GOP-Led Proposal Would Move Sens. Barker, Saslaw Out of Alexandria
If the senate's redistricting proposal passes the House of Delegates and is signed into law, Sen. Adam Ebbin would become Alexandria's only state senator.
Monday night’s Republican-led effort to redistrict Virginia's state senate would push Alexandria voters out of the districts of Virginia Sens. George Barker (D-39th) and Dick Saslaw (D-35th).
The changes, which were introduced as an amendment to a larger bill late Monday, are awaiting House approval and would take effect in 2015. However, Democrats, including Barker, said the move is unconstitutional at best.
Republicans called the redistricting attempt "an effort to create another majority black Senate district." It comes two years after Gov. Bob McDonnell signed the state's traditional redistricting plan, crafted every 10 years with census data in years that end in "1."
However, introducing yet another plan is unconstitutional, Senate Democrats say, because 2013 does not end in “1.” Further, voting while Democratic State Sen. Harry Marsh, a 79-year-old civil rights leader, traveled to Washington for President Barack Obama's second inauguration was "underhanded."
The proposed changes would move nearly 2.8 million Virginians who were of voting age in the 2010 U.S. Census into new districts. The changes, then, would affect more than 40 percent of Virginia's 6.1 million voting-age residents, according to Democratic analyst Kenton Ngo.
Sen. Adam Ebbin, who under the proposal would represent all of the city of Alexandria, said the move by senate Republicans was "a sham."
Ebbin told Patch Tuesday afternoon, "It is unprecedented to have redistricting more than once every 10 years. Further, redistricting is normally done with hearings, public notice, public comment and the ability for members to see the proposals in advance."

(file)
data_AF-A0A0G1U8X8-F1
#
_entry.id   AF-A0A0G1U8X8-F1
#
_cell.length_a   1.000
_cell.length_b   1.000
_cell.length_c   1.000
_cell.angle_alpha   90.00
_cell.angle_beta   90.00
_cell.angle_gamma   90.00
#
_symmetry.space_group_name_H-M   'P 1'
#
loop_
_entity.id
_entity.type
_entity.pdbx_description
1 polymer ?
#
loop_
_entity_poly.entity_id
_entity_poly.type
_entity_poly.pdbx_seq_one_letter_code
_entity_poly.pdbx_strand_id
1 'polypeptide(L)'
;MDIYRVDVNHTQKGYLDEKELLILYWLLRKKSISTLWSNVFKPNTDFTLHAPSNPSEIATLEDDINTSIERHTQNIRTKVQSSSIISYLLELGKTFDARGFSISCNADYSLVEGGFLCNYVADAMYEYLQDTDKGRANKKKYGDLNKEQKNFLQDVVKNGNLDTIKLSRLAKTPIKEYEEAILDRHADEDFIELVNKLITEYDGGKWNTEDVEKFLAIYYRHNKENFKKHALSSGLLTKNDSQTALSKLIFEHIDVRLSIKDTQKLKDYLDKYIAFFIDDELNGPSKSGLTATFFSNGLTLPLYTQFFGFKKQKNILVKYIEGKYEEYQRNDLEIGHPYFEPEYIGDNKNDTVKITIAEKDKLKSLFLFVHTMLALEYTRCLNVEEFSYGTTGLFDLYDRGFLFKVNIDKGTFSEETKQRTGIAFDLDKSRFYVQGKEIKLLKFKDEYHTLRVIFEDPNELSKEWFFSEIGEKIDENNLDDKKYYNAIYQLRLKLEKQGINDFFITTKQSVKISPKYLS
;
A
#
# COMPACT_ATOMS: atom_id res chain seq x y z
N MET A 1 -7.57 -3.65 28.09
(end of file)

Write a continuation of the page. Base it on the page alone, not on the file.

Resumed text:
"To have it slapped on our desk with no warning on a day that a member is absent ... is unconscionable," Ebbin said.
Changes to Alexandria’s Representation in Richmond
Barker, who right now represents a large swath of the western half of Alexandria from Quaker Lane to Landmark, would see his district move southwest out of the greater Alexandria area. Barker, a Democrat, would represent a more Republican-leaning area than his current district.
In a statement released by the Virginia State Democratic Caucus Monday evening, Barker said, “The Virginia Constitution says re-districting should take place ‘in the year 2011 and every ten years thereafter.’ It makes no provision for reapportionment in any year that doesn’t end in ‘one.’ A Circuit Court judge recently ruled that the Virginia Constitution does not allow for re-redistricting, which is what this bill would do, in order 'to preclude ‘politically convenient’ redistricting whenever one political party or the other might gain the upper hand.' This type of action is not permissible under the Constitution.”
Ebbin, who currently represents the eastern portion of Alexandria, part of Arlington and the Fairfax County areas of Rose Hill, Belle Haven, Fort Hunt and Mount Vernon, would lose several of those Fairfax County areas but gain more of Alexandria and the Bailey’s Crossroads area. Ebbin’s proposed area would lean more strongly toward Democrats.
On Twitter Monday evening, Ebbin wrote, “VA Senate GOP trying to redistrict w/ substitute bill with no notice in violation of our state Constitution.”
Saslaw, the Senate Democratic Leader who currently represents some of the Landmark and Alexandria West End areas, would also move out of the city of Alexandria and start representing Fairfax County residents west of Alexandria’s city border, including much of Annandale and Vienna. Saslaw’s district would also shift slightly more Republican.
For a map of all district changes under the proposed Republican plan, see this interactive from the Virginia Public Access Project.
Kaine, Warner Weigh In
In a joint statement released Tuesday, U.S. Sens. Tim Kaine and Mark Warner, both Democrats, said:
"On a day when Americans celebrated Martin Luther King, Jr.'s birthday and inaugurated Barack Obama as President, Virginia Senate Republicans took advantage of the absence of civil rights leader Sen. Henry Marsh to push through a hyper-partisan change to Virginia's already gerrymandered legislative district map.
"This is not the way we should be conducting the people’s business in Virginia. We are encouraged by Governor McDonnell’s statements today expressing disapproval of the tactics that were used. We urge legislative leaders and other elected officials to do the right thing to correct this disappointing and disruptive partisan action.”